Source Email From Wal-Mart’s Blogtrusion

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Here's an email Mark Thomas, an economics blogger, received from Wal-Mart via an employee of Edelman.

Here’s an email Mark Thomas, an economics blogger, received from Wal-Mart via an employee of Edelman.

Edelman is one of the world’s largest public relations firms.

That email, and our deconstruction, after the jump.

Derrida would be proud.

First they cover their ass in case the personalized spam has already reached the blogger. Then they say, “we’re not so different, you and I”, a line echoed by many a villain, including Darth Vader. Then a little intimidation by dropping accredited names and institutions.


I hope you
re well. I just wanted to drop you a line and introduce myself (and I have a vague recollection that I may have written before, so I apologize if this is repetitive). I
m a blogger myself (I contribute to Confirm Them and Human Events
Right Angle among others), but for my day job – I do online public affairs for Wal-Mart, working with Mike Krempasky who runs

Next, some flattery to gently massage and lift the blogger’s ego.

Just wanted you to know that your post echoing today’s WSJ editorial is making the rounds here and at heaquarters in Bentonville.

Now, some commiseration. Poor Walmart, getting picked on by those bullies! Wah! Wah! Also, gathering the blogger into the folds of some sort of pro-corporation idealistic cause.

s always a challenge when opponents organize to attack corporations. The companies always seems to have one arm tied behind their backs when they try to respond, so it
s nice to see folks like you defending them when it
s the right thing to do.

Let me know if you want us to send more unsolicited brainwash.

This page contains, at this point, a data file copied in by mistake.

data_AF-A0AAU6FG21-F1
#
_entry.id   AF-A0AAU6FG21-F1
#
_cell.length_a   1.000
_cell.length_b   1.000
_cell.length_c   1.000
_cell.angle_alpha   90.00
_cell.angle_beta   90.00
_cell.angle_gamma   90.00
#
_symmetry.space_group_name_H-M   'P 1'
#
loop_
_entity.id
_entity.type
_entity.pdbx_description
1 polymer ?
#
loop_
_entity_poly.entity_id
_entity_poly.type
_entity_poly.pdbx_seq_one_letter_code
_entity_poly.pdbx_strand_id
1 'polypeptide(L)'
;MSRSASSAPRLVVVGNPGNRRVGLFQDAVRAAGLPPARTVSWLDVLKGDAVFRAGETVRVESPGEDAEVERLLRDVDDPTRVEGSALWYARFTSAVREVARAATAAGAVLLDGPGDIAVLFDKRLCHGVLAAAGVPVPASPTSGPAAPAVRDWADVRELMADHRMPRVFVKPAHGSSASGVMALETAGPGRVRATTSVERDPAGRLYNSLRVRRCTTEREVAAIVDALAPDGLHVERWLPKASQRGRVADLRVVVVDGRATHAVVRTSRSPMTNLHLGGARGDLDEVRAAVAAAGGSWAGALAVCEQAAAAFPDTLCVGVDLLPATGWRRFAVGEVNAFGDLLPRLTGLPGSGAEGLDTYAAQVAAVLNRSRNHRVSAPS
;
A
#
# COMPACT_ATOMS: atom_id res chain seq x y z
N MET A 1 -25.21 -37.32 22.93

If you’re interested, I’d like to drop you the occasional update with some newsworthy info about the company. Let me know.

And now, let’s sink the knife in, together!

And in the meantime, I thought you might be interested in another story that we’re working on today:

Here’s the part where WalMart airplanes talking points into blogger’s mouths:

Ever notice the difference between what union leaders do and what union members want? It’s a story almost as old as labor unions themselves — and nowhere is it more evident than the union leadership
s campaign against Wal-Mart.

Last summer, as millions of teachers saved money on their back-to-school supplies by shopping at Wal-Mart, the NEA called for a boycott.

Today, Working Families for Wal-Mart released a poll that shows that even as union leaders continue their anti-Wal-Mart campaign, 96% of union households shop at Wal-Mart and 63 percent of union households think Wal-Mart is good for consumers. (You can read WFFW
s full press release about the poll here: I hope to have the full poll memo for you soon)

Some more highlights:

A majority of union households (54 percent) say that unions should make protecting jobs at places like GM a higher priority than attacking Wal-Mart. And on the question of whether the campaign against Wal-Mart is a good use of union dues, the best union leaders can do is a split. 44 percent of union households say the campaign against Wal-Mart is not a good use of union dues. 45 percent think that it is.

Overall, 71 percent of Americans believe Wal-Mart is good for consumers and 60 percent of Americans say the campaign against Wal-Mart is not a good use of union dues.

We don’t expect to change the minds of the union leadership — but we’d like your help. Do you have any other examples of union activities that run directly counter to their members’ wishes or interests?

Please let me know if you have any questions and if you’d like to be added to the list to receive future (occassional) updates.

All the best,


Reuters has a story on the poll here. It notes the Washington Times report
question[ing] whether John Zogby had a conflict of interest since he had made money as an expert witness in cases where people were suing Wal-Mart.



Marshall Manson

Mark writes, “My post on Wal-mart that generated this email did not support Wal-Mart, it was neutral, and I did not ask to be put on their list. Now I wish I would have just to see what type of information they are sending out, but I assume it’s more of the same.”

There’s no need to be surprised, really. This is the same public relations tomfoolery that’s been going on since PR was invented, which is the relentless incursion of companies into editorial content. The only difference is the guns are now getting turned on blogs.

(Thanks to Nick for the link tip!)

(Photo via Flickr: Dreamtiger)

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